by Kristine Ong Muslim (Prose Poetry)
(This piece is from the out-of-print book, We Bury the Landscape: An Exhibition-Collection, published by Queen’s Ferry Press in 2012.)
after Wendy Derick Worsham’s Cow Number 7 Wandered Off Again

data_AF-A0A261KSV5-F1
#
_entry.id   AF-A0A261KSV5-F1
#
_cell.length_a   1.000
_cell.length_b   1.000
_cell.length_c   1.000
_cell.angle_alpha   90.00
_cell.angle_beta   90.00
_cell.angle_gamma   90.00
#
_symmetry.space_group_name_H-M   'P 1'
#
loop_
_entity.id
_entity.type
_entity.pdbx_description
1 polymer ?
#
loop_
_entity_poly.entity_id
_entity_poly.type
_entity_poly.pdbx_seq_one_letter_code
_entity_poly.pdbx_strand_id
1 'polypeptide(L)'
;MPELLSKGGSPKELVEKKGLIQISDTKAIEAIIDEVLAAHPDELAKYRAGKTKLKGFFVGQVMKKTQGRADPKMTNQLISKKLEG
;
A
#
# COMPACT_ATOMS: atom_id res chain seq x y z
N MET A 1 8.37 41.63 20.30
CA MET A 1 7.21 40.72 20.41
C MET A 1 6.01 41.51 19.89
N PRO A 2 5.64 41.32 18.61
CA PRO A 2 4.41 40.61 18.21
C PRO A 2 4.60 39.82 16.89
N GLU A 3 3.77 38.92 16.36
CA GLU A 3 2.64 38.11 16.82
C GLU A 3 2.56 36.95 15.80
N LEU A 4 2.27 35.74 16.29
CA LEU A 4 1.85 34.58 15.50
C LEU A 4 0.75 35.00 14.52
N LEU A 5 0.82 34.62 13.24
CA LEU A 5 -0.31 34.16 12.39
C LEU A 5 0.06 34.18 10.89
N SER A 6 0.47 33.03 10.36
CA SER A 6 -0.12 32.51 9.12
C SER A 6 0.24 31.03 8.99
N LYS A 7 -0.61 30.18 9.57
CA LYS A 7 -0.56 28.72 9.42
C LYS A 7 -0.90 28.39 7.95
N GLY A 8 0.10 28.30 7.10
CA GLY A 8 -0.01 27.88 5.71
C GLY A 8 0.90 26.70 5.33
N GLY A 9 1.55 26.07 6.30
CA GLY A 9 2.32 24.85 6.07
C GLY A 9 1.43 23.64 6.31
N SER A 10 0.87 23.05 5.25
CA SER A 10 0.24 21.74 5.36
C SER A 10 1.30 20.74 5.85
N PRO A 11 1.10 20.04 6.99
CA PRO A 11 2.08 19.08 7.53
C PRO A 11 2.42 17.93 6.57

False walls keep the landscape replete with color-saturated rural scenery. This serene green a premonition: something is about to go wrong. Cow No. 7, the mutant one irradiated since birth with small doses of gamma rays, has just found a way to jump the electric fence. And there it is, wiggling its ears, pretending to be normal to gain acceptance from the other grazing cows. It acts dumb to be one of them: no eye contact, no attempts at communication except for the typical low-pitched moo, no bad-mouthing the fattest ones, the ones that are first to be butchered. We admire its determination to fit in and lead a normal cow’s life. It may not have been too much to ask. Cow No. 7 even resisted the urge to tell us to go to hell when it was about to be collared and taken back to the institute.